BOISE – Environmental regulations, health care and immigration marked a few of the sharp divides to surface in a debate Monday night between the two candidates vying to represent Idaho’s 1st Congressional District.
Republican Russ Fulcher and Democrat Cristina McNeil are running to replace Republican U.S. Rep. Raul Labrador who opted to run for governor, but lost in the primary.
During the Idaho Public Television debate, McNeil and Fulcher were pressed on immigration, particularly in light of a caravan of about 3,500 migrants moving slowly north through Mexico toward the U.S. border.
McNeil said the United States needs to take a humanitarian approach to asylum seekers, welcoming them and allowing them to go through the legal asylum application process without being separated from their families.
“We need to recognize these people, give them the humane treatment they deserve,” said McNeil, who is a longtime volunteer for several organizations and a real estate agent with a brokerage in Boise. “Protect them, don’t separate their families, and then let them go through the process.”
Fulcher said he doesn’t oppose the asylum application process but said he is suspicious about a caravan of immigrants currently heading toward the U.S. border because it’s happening so close to the midterm elections. He didn’t elaborate on his reasoning.
“We haven’t had a caravan this large that I’m aware of,” Fulcher said.
Fulcher, a former state senator and real estate broker from Meridian, did say the process for legal immigration should be made easier, in part by reducing costs and making immigration or citizenship classes more accessible.
Neither candidate spoke in favor of stricter gun control, but both said access to mental health care needed to be improved. Still, they differed on how to provide that care, with McNeil advocating for Medicaid expansion and Fulcher favoring steps such as increased health care savings accounts and health club memberships.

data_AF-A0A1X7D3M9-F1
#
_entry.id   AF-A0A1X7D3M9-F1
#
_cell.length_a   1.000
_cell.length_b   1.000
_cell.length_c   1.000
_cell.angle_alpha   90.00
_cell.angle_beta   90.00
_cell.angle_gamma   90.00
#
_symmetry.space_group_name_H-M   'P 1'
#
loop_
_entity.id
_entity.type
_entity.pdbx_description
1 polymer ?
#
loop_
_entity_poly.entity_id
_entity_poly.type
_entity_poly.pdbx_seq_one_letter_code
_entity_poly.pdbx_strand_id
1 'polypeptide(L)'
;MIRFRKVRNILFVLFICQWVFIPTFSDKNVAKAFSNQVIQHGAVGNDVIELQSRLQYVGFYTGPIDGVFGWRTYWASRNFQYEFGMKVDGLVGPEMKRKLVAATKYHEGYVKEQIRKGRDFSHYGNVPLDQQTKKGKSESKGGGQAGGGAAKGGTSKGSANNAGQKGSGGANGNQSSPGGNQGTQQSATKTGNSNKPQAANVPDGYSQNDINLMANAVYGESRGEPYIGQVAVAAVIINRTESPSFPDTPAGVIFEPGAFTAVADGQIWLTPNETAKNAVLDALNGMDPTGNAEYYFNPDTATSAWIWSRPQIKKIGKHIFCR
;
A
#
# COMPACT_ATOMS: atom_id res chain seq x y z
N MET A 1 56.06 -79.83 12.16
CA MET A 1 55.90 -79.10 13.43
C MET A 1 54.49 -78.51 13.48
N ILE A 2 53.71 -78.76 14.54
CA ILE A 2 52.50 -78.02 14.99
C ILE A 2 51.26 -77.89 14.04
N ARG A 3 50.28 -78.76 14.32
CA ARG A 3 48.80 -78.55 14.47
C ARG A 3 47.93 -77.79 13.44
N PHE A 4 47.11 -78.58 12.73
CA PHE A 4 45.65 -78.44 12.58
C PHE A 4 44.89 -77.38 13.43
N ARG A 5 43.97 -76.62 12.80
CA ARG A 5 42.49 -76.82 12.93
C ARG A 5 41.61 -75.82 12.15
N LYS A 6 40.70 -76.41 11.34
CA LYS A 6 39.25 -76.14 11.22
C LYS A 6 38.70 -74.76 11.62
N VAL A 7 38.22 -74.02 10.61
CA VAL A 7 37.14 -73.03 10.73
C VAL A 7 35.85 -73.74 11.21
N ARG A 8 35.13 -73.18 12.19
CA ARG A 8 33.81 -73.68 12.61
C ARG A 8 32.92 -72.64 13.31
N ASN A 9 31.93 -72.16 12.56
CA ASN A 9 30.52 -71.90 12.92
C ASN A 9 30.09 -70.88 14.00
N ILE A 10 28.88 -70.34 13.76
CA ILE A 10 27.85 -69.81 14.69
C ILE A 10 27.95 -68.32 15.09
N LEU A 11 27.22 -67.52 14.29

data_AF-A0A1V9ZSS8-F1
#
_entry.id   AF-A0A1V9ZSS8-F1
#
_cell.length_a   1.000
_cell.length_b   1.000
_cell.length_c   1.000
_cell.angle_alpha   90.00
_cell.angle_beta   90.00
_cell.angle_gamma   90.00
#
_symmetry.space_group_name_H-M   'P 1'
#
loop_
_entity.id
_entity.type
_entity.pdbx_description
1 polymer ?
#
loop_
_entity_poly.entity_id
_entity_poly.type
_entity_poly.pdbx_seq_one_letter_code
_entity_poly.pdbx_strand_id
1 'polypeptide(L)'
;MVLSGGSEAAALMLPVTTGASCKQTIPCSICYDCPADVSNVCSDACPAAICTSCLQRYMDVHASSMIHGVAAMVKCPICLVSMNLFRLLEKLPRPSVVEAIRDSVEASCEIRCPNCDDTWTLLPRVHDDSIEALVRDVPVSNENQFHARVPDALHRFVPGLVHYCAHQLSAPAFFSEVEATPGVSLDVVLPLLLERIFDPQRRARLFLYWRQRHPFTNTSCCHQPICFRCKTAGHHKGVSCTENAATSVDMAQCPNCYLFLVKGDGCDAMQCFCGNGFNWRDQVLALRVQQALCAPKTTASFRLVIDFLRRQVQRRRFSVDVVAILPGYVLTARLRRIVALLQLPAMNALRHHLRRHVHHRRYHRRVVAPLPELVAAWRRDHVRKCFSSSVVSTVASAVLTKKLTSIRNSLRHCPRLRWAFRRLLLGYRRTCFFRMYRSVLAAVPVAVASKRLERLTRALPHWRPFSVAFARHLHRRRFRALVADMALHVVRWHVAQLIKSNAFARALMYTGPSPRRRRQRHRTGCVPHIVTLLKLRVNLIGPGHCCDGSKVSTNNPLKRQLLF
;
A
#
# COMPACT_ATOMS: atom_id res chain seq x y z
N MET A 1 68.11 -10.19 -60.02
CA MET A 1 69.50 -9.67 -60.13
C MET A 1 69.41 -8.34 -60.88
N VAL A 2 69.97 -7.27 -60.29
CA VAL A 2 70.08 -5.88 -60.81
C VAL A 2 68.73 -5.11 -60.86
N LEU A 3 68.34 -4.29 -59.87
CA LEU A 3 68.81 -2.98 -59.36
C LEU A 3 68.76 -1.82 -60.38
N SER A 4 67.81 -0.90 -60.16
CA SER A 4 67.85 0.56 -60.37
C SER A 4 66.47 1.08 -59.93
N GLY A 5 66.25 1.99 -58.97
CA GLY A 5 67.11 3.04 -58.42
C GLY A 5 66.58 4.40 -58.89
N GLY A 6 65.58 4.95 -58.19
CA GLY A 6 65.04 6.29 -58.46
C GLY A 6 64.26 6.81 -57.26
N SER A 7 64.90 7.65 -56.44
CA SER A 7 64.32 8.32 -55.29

“The key thing is affordability and accessibility … and how you do that is through the private sector,” Fulcher said. “It does include opening up transparency so that people know what the costs are.”
McNeil said Fulcher and his colleagues haven’t come up with ways to cover roughly 62,000 Idaho residents who work but earn too much to qualify for Medicaid and not enough to afford health insurance. Expanding Medicaid coverage would help those families, she said.
“We are in a state of emergency in so many areas in Idaho … This is a basic human need,” McNeil said. “This is the main key for our families to be productive.”
Asked about climate change, Fulcher said he believes “in the cycle that’s happened since the beginning of time,” and said wildfires in Idaho and other states are a significant contributor of carbon emissions.
“Don’t be misled – if you take a look at this over the past thousand years, you’ll see a cycle up, a cycle down,” he said.
He said Idaho families have been disenfranchised by regulations that limited logging and mining, and that has led to forest overgrowth and catastrophic wildfires.
“God gave us a resource,” he said. “We have a wealth of prosperity and it’s under our feet, yet we have a very low income and that’s because we transitioned to a service-based economy.”
McNeil said voters need to know that President Donald Trump’s administration is preparing to reverse dozens of environmental rules and regulations that she said protect the food people eat and the air they breathe.
“Leave Jesus alone – he has nothing to do with this,” she chastised Fulcher. She said while in the state Legislature, Fulcher and his colleagues worked to give control over resources like property owners’ mineral rights to special interests.
The debate is a collaborative effort of the Idaho Press Club, Boise State University’s School of Public Service, University of Idaho’s McClure Center, Idaho State University’s Department of Political Science, League of Women Voters Education Fund, and Idaho Public Television.
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